Sometimes it’s easy to focus solely on yourself.
These are all important things. To me.
Your list may be slightly different from mine, but nevertheless we all share the same inward focus on how our life is progressing.
This strikes me as being perfectly normal. There is nothing odd about wanting the best for myself and those surrounding me. But I have to admit to an itchy, scratchy feeling that bothered me for years. I don’t know when it started and I don’t know what started it. I know it was fed by my own conscience, and the judicial placing of television advertisements (who said TV doesn’t affect us?!).
One thing that did push that itchy feeling front and centre for me was a small parable I came across in a book (the name of which I have long since forgotten) about counting your blessings.
A young boy was feeling sad about having to wear his brother’s hand-me-down shoes. He felt that it was a terrible thing to suffer, as he was teased by other children for having to wear old shoes that were still too big for him. He confided this in his mother, who suggested that he consider himself very lucky indeed. It was possible, she said, to have worse things to worry about. She told him that there were people without feet in other, poorer places in the world, and that they have a much harder thing to live with than some teasing about their shoes. The young boy never quite looked at his hand-me-down shoes in the same way again.
It was a profound parable for me. I know it isn’t particularly profound in and of itself. There is always someone who is less well off that you are. Just like there is always someone better off than you are. It’s just the nature of things.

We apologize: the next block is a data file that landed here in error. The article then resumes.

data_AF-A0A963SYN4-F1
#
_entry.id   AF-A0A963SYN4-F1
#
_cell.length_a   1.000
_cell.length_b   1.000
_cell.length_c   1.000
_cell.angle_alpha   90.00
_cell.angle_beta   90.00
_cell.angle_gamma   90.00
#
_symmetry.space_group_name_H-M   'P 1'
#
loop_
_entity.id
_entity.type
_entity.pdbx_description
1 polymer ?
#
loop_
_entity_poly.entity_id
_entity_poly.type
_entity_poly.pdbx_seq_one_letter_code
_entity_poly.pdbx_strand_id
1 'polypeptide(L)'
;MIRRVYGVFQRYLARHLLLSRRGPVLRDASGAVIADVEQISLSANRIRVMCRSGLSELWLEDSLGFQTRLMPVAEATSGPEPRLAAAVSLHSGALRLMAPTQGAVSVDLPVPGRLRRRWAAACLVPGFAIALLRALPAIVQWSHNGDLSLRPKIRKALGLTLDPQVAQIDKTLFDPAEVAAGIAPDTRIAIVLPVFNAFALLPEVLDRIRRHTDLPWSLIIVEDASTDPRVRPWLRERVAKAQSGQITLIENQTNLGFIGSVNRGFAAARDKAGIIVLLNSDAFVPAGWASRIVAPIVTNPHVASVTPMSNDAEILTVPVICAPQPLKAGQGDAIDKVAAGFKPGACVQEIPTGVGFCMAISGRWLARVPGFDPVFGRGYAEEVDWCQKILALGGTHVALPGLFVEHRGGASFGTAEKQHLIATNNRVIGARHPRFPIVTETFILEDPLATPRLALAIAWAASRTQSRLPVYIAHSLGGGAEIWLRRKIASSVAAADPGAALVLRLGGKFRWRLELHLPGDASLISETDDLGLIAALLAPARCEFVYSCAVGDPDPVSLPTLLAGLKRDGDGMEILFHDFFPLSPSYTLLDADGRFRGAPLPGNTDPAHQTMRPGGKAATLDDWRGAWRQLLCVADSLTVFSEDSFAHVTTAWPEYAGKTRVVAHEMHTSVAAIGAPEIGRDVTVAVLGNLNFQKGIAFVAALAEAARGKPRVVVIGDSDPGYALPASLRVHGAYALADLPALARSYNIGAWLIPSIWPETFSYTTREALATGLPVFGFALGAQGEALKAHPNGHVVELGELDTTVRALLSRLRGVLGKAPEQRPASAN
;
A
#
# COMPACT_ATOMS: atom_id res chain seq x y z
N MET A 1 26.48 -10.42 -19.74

Finally, between the itching feeling, the TV advertisements and the parable I took some action. I scratched the itch.
A little over eight years ago, not too long after committing to a fairly chunky mortgage, I fulfilled my need to scratch. I fulfilled my need to help.
I became a Child Sponsor
His name was Justen. We chose World Vision. The children’s detail folders came from a couple of agencies, but the photographs of the World Vision child (Justen) showed a cheeky young boy, while the other looked sad and downcast.
We chose the cheeky boy and the upbeat agency.
My itch was finally being scratched.
Eight years later and that itch is getting a good scratching now. I can honestly say that it is the least painful and most satisfying way of spending my money that I have ever come across. If you buy at least one coffee and slice of cake a week from a cafe, you too can scratch this itch.
Your waistline, your heart and your conscience will thank you for it.
So will your sponsored child.
If you have ever thought about it, now is the time to act on that thought. Don’t wait. Poverty doesn’t. Neither does disease. Contact a reputable agency in your country, and scratch this itch with me.